“For me, it’s about the scope of the whole show and the fact that the episodes are so different. They’re like little movies within themselves. I get to work with so many people as well. [La’an] interacts with all the legacy characters. She interacts with everyone, really.
“Because she’s the Chief Security Officer, she gets to go on all the different missions. It’s great stepping onto all the different sets that we have. I love that. I love seeing a set for the first time and being like, ‘Oh. My. Goodness.’
“There’s one particular one on this season that I’m like ‘AHHHH!’ — can’t talk about it, obviously.”
On Star Trek: Strange New Worlds Season 1 Episode 1, we discover that La’an has known Una (Rebecca Romijn) for a long time before being assigned to the Enterprise as a part of the mission to rescue her.
Did Chong and Romijn work to develop the personal rapport needed to convey that relationship on screen?
“It was funny because getting to know each other during the first season was tricky because we were in quarantine. It was lockdown here, so we didn’t get to go into each other’s backstory very much, like on a personal level even.
“Rehearsals weren’t really a thing. It was kind of there-before-you-shoot rehearsals. There really wasn’t much time because of COVID, but we did have a few – and since, obviously, we’ve had a lot of — conversations.
“We are different [people], but we have similarities in our backgrounds and the way we were brought up, so I think we connected on that level which we just naturally bring to our characters.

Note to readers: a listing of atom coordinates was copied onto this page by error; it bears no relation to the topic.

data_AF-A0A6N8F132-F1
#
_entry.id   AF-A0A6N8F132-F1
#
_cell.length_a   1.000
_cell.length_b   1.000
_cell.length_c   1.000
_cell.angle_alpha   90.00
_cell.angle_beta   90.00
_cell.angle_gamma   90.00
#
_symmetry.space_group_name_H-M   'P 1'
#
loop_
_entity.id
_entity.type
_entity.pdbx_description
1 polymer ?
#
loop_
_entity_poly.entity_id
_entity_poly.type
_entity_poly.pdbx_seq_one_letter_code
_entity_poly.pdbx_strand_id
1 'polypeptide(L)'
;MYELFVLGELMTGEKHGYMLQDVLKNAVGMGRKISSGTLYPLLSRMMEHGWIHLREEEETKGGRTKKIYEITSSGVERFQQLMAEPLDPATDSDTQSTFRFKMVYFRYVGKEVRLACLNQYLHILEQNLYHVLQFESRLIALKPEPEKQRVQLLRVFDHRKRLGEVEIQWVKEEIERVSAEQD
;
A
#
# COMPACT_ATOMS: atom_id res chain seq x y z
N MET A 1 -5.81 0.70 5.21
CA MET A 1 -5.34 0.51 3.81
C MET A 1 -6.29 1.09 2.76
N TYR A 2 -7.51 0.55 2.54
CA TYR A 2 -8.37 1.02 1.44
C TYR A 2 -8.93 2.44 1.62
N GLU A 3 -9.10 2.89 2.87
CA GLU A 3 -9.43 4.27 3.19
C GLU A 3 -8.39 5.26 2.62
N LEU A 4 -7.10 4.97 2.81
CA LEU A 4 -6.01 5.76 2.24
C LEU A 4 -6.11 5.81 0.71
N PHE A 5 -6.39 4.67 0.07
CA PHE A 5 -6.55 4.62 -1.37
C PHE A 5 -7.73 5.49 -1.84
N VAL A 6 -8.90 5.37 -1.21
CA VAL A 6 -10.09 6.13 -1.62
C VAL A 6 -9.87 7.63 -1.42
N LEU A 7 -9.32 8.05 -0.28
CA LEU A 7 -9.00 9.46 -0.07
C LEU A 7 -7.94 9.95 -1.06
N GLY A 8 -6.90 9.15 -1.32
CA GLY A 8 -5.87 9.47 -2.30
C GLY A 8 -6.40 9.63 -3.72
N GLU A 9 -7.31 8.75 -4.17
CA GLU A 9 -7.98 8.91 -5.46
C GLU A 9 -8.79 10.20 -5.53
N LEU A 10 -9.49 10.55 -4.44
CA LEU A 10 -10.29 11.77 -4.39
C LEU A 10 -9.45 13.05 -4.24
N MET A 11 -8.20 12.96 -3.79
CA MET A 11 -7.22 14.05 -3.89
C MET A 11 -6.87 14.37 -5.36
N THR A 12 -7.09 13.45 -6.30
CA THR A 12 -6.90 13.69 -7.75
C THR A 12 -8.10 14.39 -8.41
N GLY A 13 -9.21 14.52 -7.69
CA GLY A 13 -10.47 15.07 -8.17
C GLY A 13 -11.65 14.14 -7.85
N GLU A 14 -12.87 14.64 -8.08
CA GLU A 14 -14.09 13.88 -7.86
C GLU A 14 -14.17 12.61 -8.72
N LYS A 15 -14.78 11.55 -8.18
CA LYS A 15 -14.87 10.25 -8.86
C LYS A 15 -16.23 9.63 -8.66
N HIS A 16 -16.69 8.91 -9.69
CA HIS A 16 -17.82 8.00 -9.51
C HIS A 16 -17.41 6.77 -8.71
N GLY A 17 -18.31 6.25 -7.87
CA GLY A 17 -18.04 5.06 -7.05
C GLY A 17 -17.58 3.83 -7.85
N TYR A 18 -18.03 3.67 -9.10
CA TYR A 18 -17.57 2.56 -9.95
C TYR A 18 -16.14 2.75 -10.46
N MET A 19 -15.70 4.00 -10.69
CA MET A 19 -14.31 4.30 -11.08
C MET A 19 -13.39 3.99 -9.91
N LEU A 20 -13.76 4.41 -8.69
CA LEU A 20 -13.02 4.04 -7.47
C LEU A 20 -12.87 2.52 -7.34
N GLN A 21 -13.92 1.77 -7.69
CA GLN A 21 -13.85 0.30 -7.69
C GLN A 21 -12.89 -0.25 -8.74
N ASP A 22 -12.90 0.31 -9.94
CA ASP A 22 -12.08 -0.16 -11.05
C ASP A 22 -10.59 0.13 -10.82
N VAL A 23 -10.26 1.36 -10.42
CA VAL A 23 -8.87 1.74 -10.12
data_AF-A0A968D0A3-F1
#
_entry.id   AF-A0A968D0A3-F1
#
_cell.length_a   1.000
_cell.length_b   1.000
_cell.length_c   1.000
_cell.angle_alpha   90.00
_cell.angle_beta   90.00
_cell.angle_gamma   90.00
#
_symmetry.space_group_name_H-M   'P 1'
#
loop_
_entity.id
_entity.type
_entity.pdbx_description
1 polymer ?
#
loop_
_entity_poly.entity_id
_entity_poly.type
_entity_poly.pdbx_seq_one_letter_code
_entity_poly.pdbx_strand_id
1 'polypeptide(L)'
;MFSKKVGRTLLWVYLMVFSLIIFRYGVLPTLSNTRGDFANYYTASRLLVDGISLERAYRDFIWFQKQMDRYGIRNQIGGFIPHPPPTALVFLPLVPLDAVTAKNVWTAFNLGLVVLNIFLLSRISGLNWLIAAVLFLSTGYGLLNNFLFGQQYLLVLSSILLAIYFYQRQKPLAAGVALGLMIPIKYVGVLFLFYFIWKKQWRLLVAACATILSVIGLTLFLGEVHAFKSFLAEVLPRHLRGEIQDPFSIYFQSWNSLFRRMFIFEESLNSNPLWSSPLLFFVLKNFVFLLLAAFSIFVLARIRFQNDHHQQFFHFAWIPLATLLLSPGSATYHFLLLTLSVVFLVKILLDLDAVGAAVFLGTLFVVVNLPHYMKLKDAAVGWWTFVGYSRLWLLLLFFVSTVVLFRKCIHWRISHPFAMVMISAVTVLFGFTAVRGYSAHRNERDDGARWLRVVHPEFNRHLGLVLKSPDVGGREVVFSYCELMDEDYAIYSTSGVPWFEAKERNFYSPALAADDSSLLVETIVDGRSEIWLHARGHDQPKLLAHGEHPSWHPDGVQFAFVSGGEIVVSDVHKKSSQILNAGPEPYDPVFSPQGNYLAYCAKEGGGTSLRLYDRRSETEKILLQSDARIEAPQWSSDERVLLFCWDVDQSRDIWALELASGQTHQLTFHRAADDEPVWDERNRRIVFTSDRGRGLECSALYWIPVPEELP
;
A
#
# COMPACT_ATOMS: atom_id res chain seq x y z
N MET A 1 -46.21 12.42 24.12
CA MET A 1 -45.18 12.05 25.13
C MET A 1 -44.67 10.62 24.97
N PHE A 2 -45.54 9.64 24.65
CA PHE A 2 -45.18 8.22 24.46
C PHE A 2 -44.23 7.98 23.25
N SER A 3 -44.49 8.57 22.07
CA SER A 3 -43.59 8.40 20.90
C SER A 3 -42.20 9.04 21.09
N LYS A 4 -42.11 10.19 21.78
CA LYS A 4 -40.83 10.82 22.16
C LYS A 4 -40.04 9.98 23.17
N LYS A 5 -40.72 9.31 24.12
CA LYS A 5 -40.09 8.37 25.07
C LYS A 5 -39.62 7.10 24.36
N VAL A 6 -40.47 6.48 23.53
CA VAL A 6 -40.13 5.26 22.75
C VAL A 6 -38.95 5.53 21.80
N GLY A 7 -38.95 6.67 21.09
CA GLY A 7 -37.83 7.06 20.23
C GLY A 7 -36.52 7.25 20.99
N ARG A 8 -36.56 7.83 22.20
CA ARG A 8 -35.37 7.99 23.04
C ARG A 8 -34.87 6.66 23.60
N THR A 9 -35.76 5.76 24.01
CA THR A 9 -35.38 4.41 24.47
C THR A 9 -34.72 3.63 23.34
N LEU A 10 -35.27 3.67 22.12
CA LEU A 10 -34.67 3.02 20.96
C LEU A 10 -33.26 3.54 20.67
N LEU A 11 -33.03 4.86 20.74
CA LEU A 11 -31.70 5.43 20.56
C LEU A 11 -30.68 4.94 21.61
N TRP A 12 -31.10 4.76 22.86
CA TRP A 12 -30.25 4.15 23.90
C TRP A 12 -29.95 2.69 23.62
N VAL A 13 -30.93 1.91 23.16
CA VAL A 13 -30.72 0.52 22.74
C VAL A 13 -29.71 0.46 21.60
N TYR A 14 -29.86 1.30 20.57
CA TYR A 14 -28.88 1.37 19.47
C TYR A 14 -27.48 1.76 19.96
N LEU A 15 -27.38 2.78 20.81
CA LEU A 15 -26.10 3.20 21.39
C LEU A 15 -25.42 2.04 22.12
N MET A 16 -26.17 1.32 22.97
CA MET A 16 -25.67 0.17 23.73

“For me, I personalized her as like an older-sister-type figure, and I think La’an looks to her for that kind of guidance in a way.
“[Una]’s really — maybe a little bit Pike as well — but Una’s the only one she trusts from the onset. That grows, and it’s great how she slowly and gently prods her to step over the next hurdle, [then] step over the next one.
“It was really lovely working with her, and she’s a lot of fun as well.”
Chong found some common ground with La’an on Star Trek: Strange New Worlds Season 1 Episode 3 when the character reveals she grew up with the stigma of Augments haunting her because she is a descendant of Khan Noonien Singh, the infamous genetically-engineered superhuman dictator involved in Earth’s Eugenics Wars.
You’re an abomination. An Augment. That’s what the other kids called me when they heard my name. Augment! Monster! Like you are.
“I lived up North [in the UK] for part of my childhood in Lancashire. It was a small little village that I was brought up in. I think I was the only Chinese kid there, apart from my siblings.
“My mum was here visiting not that long ago, and I was talking to my mum about it. She didn’t really know because as a kid, I never used to go home going, ‘Oh, I got bullied today or whatever.’